API

Relationship: 1385

Title

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Agonism, Androgen receptor leads to Reduction, Vitellogenin synthesis in liver

Upstream event

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Agonism, Androgen receptor

Downstream event

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Reduction, Vitellogenin synthesis in liver

Key Event Relationship Overview

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AOPs Referencing Relationship

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AOP Name Directness Weight of Evidence Quantitative Understanding
Androgen receptor agonism leading to reproductive dysfunction indirectly leads to Strong Weak

Taxonomic Applicability

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Term Scientific Term Evidence Link
fathead minnow Pimephales promelas Strong NCBI
Danio rerio Danio rerio Moderate NCBI
medaka Oryzias latipes Moderate NCBI
Fundulus heteroclitus Fundulus heteroclitus Strong NCBI

Sex Applicability

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Sex Evidence
Female Strong

Life Stage Applicability

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Term Evidence
Adult, reproductively mature Strong

How Does This Key Event Relationship Work

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At present, a direct structural/functional linkage between androgen receptor agonism and reduced plasma vitellogenin concentrations is not known. Consequently, the relationship is supported primarily via association/correlation.

Weight of Evidence

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Updated 2017-03-17.

Biological Plausibility

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Synthesis of the steroidogenic enzymes that catalyze the formation of testosterone from cholesterol as a precursor as well as 17ß-estradiol (E2) from testosterone is stimulated by gonadotropins whose synthesis and secretion are in turn regulated by gonadotropin releasing hormone (GnRH) released from the hypothalamus (Payne and Hales 2004; Norris 2007; Miller 1988). Strong AR agonists are thought to exert negative feedback along the hypothalamic-pituitary-gonadal axis, leading to decreased stimulation of the steroidogenic pathway and subsequent declines in E2 production. E2 is known to be a major regulator of hepatic vitellogenin production (Tyler et al. 1996; Tyler and Sumpter 1996; Arukwe and GoksØyr 2003).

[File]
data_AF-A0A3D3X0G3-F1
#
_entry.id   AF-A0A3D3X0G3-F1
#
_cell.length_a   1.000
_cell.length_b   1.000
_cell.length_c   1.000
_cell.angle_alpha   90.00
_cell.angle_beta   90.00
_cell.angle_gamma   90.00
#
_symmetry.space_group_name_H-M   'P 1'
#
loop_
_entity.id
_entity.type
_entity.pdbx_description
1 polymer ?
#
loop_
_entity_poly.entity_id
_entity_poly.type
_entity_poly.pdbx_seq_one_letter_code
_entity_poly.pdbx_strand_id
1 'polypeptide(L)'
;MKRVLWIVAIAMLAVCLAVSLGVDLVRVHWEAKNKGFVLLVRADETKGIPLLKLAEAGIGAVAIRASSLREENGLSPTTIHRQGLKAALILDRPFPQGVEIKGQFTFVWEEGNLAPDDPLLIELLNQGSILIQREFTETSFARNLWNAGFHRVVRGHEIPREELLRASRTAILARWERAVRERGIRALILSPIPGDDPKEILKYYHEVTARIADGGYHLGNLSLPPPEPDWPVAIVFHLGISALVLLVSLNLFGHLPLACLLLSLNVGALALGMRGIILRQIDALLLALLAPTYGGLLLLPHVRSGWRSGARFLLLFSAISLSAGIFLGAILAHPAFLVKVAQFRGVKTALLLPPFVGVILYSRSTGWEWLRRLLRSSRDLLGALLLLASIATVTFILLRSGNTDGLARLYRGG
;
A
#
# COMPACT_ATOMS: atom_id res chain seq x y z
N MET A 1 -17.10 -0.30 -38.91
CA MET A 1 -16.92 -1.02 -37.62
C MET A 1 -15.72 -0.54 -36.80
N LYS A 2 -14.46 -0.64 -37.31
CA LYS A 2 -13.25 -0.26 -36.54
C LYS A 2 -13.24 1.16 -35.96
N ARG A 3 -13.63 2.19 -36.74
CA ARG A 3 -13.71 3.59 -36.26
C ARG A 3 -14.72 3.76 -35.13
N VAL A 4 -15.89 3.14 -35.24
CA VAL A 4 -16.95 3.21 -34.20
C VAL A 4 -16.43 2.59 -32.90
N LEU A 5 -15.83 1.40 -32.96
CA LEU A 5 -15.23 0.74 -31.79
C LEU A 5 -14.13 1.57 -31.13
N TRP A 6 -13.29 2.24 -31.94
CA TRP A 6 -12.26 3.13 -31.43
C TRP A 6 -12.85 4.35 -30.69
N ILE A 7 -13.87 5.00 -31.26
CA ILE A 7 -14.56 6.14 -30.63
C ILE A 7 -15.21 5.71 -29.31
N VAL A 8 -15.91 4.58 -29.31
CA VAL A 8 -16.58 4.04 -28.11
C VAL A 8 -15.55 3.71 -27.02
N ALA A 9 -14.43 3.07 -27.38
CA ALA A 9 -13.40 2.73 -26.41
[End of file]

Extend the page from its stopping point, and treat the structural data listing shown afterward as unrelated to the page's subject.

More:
Empirical Support for Linkage

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Direct support for the effect of AR agonists on plasma vitellogenin (VTG) concentrations:

  • Ekman et al. (2011) reported significant reductions in plasma VTG in female fathead minnows exposed to 0.5 ng 17beta-trenbolone/L for 4 or 8 d, or to 0.05 ng/L for 8 d.
  • Ankley et al. (2010) showed significant reductions in plasma VTG in four independent experiments in which female fathead minnows were exposed to 17beta-trenbolone for 14 d and a fifth experiment where they were exposed for 21 d.
  • Seki et al. (2006) showed significant reductions in plasma VTG in three different species of female fish (Oryzias latipes, Danio rerio, Pimephales promelas) following 21 d of exposure to 17beta-trenbolone.
  • Villeneuve et al. (2016) reported significant reductions in plasma VTG following 22 d of exposure to 0.5 ng 17beta-trenbolone/L.
  • Jensen et al. (2006) observed significant reductions in plasma VTG in female fathead minnows following exposure to 17alpha-trenbolone for 21 d.
  • LaLone et al. (2013) reported significant reductions in plasma VTG in female fathead minnows exposed to 5 ug/L or higher concentrations of spironolactone.
  • Rutherford et al. (2015) reported significant reductions in plasma VTG in female Fundulus heteroclitus after 14 d of exposure to 100 ug 5alpha-dihydrotestosterone/L as well as after exposure to 1 ug methyltestosterone/L.
  • Sharpe et al. (2004), detected significant reductions in plasma VTG in female Fundulus heteroclitus exposed to 0.25 ug/L methyltestosterone for 7 d or 0.01 ug/L for 14 d. 

Uncertainties or Inconsistencies

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None noted.

Quantitative Understanding of the Linkage

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  • Li et al. (2011) describe a computational model of the female fathead minnow (Pimephales promelas) hypothalamic-pituitary-gonadal axis that can be used to simulate impacts on plasma T, plasma E2, and plasma vitellogenin concentrations following exposure to 17ß-trenbolone.  However, to date, that model has not been robustly tested to determine applicability to other species, or other types of AR agonists.
  • At present, the scope of data for associating AR-activation potency with decreased plasma VTG is not sufficient to describe a quantitative response-response relationship.

Evidence Supporting Taxonomic Applicability

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This KER is potentially applicable to reproductively mature, adult, oviparous vertebrates.

  • Androgen receptor orthologs are primarily limited to vertebrates (Baker 1997; Thornton 2001; Eick and Thornton 2011; Markov and Laudet 2011).